Thursday, November 21, 2013

Knowledge and Experience have the power…don’t they?

The Huffington Post article, “These 11 Leaders Are Running Education But Have Never Taught,”, has grabbed hold of my brain and won’t let go.  For two weeks, the material in this piece has made a home in my subconscious jabbing it a few times a day for kicks and giggles, and invading my dreams during the night just to be perverse.

Although, like Elvis, I have left the school building, any insight or activity that benefits teachers teaching and students learning will always fuel my passion.  The downside of the coin-and everything positive has a flip side, are people who become involved in the world of education for political or monetary gain, or who are on power trips. Any policy that keeps young people from becoming lifelong learners or that doesn’t support the teaching profession just fuels my ire.  The problem with this article is- it does both.

I have an issue with people who have never, ever spent a day trying to motivate, inspire, cajole, manage and discipline a room full of children to jump off the curb and join their teachers on the Learning Path pushing their policies on those who have walked the walk and talked the talk.

About a week into my first teaching job after college, I realized that my professors did an A+ job preparing me in my subject area and in how to plan and create lesson plans, but a C- job in showing me the realities of the classroom.  Why? They had probably never taught below the college level and were theory-smart but reality-lacking.

The eleven headliners mentioned in this article experience the same Ivy Tower vs. Classroom Reality complexity. Most of them hold post-high school degrees, although not in any areas touching on education. All of them are politically savvy, and some of them reside in the financial stratosphere. Like the majority of people in this country, they care about the education of our children-our future. That’s laudable. Education needs all of the support and all of the sincere concern that it can get. Any concepts, perceptions and perspectives that will support teachers, teaching and learning should be considered if children are to succeed academically.

But…but… these directives should not be adopted and pushed on school districts just because their originators and compatriots are a part of the Who I Know Club instead of the What I Know League.
My parents raised me with the understanding that What I Know would prevail.  Even when a comment by the president and CEO of a coal company, the father of one of my best friends, stomach-punched me with the comment, “Oh, Connie, this is a Who you Know world. What you know is secondary-at best,” I refused to bury my belief. Call me naïve, but I have always let knowledge be my guide.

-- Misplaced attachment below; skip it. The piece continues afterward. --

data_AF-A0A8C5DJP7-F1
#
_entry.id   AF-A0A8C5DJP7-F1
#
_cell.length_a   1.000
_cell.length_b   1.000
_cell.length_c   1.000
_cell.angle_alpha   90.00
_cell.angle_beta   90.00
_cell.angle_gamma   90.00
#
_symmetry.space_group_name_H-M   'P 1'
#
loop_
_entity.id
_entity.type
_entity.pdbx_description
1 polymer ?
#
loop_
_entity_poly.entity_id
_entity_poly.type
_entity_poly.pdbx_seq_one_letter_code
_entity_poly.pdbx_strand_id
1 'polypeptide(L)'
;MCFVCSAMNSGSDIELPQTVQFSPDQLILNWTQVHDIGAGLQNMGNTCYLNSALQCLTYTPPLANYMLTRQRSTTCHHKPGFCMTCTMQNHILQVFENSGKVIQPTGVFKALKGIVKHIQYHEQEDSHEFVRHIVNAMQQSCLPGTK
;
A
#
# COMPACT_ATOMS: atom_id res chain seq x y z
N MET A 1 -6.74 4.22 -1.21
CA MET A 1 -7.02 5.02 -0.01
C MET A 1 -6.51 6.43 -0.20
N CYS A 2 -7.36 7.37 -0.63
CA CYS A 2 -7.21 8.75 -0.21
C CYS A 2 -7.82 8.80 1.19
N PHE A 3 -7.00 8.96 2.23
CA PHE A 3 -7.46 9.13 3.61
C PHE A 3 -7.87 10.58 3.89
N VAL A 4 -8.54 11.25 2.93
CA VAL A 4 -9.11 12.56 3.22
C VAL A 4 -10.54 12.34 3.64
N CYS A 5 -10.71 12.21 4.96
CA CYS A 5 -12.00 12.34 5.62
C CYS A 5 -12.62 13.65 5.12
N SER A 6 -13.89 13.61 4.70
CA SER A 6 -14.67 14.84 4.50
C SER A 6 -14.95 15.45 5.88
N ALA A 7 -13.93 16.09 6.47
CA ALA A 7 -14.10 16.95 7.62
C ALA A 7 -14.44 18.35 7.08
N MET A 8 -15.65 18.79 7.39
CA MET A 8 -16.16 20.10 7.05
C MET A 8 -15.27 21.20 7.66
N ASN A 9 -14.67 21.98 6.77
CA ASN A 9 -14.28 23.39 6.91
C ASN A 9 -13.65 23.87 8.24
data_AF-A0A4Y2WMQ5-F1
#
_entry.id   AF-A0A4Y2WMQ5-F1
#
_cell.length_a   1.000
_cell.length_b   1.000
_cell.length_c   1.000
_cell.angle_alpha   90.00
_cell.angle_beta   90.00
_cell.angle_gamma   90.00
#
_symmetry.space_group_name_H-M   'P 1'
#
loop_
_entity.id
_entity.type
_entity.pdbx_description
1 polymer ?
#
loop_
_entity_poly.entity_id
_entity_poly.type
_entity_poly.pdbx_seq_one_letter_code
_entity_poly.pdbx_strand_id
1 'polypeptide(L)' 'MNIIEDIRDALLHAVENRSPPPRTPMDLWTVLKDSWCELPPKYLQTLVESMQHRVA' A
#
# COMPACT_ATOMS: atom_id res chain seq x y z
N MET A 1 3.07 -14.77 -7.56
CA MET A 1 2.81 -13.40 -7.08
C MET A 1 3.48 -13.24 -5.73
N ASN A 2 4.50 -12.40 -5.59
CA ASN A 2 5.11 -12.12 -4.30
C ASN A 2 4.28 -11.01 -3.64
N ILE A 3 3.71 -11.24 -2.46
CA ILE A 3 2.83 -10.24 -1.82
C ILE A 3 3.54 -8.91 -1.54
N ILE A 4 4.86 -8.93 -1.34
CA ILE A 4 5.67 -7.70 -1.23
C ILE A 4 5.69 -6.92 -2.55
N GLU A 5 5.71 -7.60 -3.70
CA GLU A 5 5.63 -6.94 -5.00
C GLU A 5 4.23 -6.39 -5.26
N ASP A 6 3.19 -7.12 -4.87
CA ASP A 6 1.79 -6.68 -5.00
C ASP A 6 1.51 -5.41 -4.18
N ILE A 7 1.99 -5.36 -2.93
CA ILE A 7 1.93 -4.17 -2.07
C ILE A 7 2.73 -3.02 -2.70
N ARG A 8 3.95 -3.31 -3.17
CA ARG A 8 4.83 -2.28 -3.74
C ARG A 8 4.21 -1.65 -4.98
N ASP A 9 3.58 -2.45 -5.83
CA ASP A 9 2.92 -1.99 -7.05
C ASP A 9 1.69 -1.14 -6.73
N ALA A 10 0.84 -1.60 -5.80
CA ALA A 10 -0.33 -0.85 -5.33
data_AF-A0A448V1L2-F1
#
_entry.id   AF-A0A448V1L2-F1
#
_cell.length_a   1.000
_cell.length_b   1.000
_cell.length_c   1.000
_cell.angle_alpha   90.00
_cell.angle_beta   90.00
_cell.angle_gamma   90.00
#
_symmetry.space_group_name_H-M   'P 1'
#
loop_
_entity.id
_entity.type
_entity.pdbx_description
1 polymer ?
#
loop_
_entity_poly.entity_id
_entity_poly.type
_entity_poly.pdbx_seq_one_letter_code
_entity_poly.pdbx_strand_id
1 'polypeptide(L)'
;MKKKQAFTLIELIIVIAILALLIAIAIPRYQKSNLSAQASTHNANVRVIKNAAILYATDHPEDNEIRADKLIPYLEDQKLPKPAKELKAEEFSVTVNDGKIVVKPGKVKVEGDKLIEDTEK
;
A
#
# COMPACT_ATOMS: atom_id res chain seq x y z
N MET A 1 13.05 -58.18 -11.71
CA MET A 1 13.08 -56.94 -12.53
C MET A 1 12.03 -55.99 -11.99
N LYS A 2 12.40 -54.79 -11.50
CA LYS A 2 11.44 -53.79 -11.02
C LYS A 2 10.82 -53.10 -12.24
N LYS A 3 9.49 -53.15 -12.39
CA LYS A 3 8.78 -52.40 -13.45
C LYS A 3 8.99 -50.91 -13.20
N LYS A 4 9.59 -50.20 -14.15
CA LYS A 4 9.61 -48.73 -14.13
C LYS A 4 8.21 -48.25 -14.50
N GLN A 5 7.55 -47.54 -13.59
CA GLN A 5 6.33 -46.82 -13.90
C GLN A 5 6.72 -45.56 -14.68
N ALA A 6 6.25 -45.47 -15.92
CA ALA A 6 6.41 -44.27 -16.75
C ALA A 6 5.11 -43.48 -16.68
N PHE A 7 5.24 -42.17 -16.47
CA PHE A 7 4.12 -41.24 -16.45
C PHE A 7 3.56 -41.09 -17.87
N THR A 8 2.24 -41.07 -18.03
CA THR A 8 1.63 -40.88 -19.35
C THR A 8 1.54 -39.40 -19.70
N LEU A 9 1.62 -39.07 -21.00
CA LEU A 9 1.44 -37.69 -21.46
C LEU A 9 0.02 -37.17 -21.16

During my career in education, I never strayed from teaching the components of secondary English: literature comprehension, all types of writing, grammar, vocabulary and oral speaking. Did I try to teach history because I have spent years talking with my M.A. in History husband about historical issues? No.  Did I try to teach any area of math? Now that would have been an audacious joke since Math and I have never understood each other.  

The House of Comprehension cover
My writing successes have stemmed from What I Know as well as the hours, days and years that I have spent transposing my thoughts to paper.  Well, this is slightly untrue.  A Virginia politician and a former student’s media-connected sister and her friend have aimed a spotlight at my book, The House of Comprehension, but only after they expressed their beliefs that it had merit.  Now, though, I need to develop an understanding of marketing techniques, if I want that light to shine. Once again, the What I Know, or in this case, what I don’t know but have to learn, comes into play.

Why, then, can people whose college majors, and whose professional lives, though brilliant in many capacities, but who haven’t sat in a classroom since high school be allowed to impact teachers and students so strongly? Why should those who, if at all, have only experienced teaching realities through the work of parents or spouses hold such sway over the careers of those on both sides of the desk? Does their concern about education give them the power to dictate what teachers should teach, as well as how and when they should communicate the material? Shouldn’t the thoughts and opinions of those who have been successful in the classroom trenches year after year after year have more value?

If an interest is all that it takes to be influential, than I should be a surgeon because I love learning about the body, what ails it and what fixes it, and as a child, I spent many a happy hour studying the body and all of the overlays (skeletal, muscular, etc.) in my parents’ encyclopedias. Or, I could be a Supreme Court Judge because I have strong opinions about many subjects that are based in constitutional laws.  Why shouldn’t I start at the top instead of grabbing onto the lowliest rung of the Influencing the Lives of Millions of People ladder as these eleven have done with educational matters?

Why not? Because I would be undermining  the grueling hours of learning to earn the degrees necessary to become a doctor, a judge, a teacher, or anyone whose career depends on the knowledge and understanding of specific material. Mere interest and opinions that could be detrimental instead of beneficial to others should not wield more power. 

Why not? Because I believe that book knowledge + on the job experience are crucial criteria if one’s policies are to affect millions of people.

Why not?  Because I will always stand on the principle that What People Know should always trump Who People Know in decision-making situations.